Sunday, November 18, 2012

Iconic Golden Sponge Cakes

If someone had never heard of Twinkies before this week, based upon media descriptions, they would probably think that Hostess manufactured a product called "iconic Twinkies." If only the parties involved in "The Great Schism" would have known that one day the word "icon" would bring to mind golden sponge cakes with creamy fillings, maybe they could have set aside their differences in order to focus on defeating a common threat.

I suppose it's not inaccurate to refer to Twinkies as "iconic," given that the product is instantly recognizable to hundreds of millions of people, and does possess some kind of historical cultural significance. But under this criteria, innumerable brands qualify as "iconic."  Essentially, if a product achieved market penetration at some point during the "Golden Age of Television," it is now iconic.  But if I was a CEO, I would much rather try to sell a non-iconic product.  Iconic products suffer from having too many associations.  By transcending their utilitarian value, they are rendered non-utilitarian.  Or more accurately, the utilitarian value is their mere existence, and they therefore can serve their function simply sitting on a store shelf, unbought. 

Consider these two hypothetical scenarios--Option A is that Twinkies will continue to be sold, but you will not be able to eat one the rest of your life.  Option B is that Twinkies will cease to be sold, but you are permitted a private lifetime supply, and you must avail yourself of the product frequently for the rest of your life.  I suspect that if people were forced to choose, the vast majority would select Option A, and not out of a sense of perceived civic obligation.  As the world shifts from analog to digital, and as economic uncertainty permeates every aspect of everyone's life, products that have survived multiple generations become imbued with the power of providing psychological comfort.  Alternatively, products that had appeared to have transcendence but stand revealed as impermanent become imbued with a different kind of power--the power to provide the opposite of psychological comfort.   And this would explain the reported "Twinkie Raids" over the past few days.  People who have never had much of a physical craving for the product are not immune from having a psychological craving for true icons, for permanence (and yes, Twinkies may very well be unique among food products in that they probably could sit in someone's cupboard permanently).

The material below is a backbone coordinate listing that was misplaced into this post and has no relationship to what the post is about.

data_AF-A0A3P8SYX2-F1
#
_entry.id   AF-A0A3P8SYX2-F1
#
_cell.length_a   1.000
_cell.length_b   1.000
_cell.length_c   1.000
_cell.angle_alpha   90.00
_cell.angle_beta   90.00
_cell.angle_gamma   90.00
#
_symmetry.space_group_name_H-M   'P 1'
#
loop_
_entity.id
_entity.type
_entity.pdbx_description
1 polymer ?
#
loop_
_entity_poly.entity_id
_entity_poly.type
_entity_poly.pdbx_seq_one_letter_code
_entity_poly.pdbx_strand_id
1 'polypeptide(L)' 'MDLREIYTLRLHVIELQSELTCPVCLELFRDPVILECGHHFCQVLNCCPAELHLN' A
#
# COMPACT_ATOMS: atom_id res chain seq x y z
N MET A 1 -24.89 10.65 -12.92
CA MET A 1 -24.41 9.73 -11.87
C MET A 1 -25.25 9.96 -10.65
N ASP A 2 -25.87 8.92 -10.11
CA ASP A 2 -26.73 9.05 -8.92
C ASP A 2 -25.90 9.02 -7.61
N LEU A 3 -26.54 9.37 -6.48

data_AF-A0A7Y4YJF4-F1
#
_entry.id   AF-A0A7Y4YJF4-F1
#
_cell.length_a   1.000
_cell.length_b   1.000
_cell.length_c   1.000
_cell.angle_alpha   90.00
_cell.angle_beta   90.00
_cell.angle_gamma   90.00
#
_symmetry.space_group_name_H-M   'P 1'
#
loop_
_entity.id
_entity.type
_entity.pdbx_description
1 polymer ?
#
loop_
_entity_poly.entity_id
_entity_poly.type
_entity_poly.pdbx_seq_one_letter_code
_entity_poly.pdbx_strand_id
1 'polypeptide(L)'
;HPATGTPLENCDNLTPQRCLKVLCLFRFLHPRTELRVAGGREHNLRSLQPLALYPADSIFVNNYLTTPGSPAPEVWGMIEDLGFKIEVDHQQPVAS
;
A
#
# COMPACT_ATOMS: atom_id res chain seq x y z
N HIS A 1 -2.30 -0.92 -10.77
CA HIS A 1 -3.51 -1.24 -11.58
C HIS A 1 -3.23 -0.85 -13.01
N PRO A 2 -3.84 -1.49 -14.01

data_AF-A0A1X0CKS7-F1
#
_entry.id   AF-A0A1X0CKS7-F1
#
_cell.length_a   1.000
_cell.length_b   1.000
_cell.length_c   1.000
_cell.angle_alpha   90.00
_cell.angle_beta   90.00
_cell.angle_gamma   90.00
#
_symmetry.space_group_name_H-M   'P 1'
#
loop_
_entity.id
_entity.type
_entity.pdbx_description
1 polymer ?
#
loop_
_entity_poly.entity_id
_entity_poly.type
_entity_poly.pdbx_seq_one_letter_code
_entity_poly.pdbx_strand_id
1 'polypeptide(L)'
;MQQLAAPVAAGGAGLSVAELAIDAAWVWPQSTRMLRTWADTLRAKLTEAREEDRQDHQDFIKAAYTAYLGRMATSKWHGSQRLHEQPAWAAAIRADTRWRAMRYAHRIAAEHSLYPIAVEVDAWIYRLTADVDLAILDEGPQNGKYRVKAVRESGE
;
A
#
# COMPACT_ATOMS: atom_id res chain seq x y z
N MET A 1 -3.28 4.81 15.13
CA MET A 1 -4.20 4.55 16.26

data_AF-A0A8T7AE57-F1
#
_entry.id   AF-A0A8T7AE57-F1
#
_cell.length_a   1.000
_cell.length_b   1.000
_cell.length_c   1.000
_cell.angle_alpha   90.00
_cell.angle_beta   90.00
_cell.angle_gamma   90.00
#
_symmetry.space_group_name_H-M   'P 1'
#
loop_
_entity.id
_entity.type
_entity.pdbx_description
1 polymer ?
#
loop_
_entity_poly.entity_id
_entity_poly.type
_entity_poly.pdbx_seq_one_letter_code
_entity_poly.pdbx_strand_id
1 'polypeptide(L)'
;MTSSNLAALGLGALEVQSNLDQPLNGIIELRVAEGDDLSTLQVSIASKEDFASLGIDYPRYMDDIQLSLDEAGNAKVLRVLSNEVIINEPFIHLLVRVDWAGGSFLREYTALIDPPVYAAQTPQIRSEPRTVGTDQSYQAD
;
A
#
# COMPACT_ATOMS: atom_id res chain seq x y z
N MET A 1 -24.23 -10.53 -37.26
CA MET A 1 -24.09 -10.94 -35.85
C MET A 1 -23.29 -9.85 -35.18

Given that this was the "weekend of the Twinkie's twilight," over the course of the past few days I found myself thinking about other "iconic" entities.  Late Saturday, I realized that Notre Dame is the Twinkies of college football.  Certainly, in some eras, iterations of their uniform have resembled Twinkies.  And over the last couple of decades, Notre Dame football has subsisted more on its iconic stature and historical significance than on its contemporary relevance.  In recent years, I think it had gotten to the point that even Notre Dame haters can't help but lament the program's lack of success.  Schadenfreude isn't freude when there is only perpetual schaden.  Those who actively root against Notre Dame would much rather they lose high profile bowl games than have them fail to make bowl games at all.  The Irish fall from grace has had the effect of giving psychological discomfort to college football fans everywhere.

But wait.  Who is the top team in the nation now?  Maybe there is hope for those golden sponge cakes after all.


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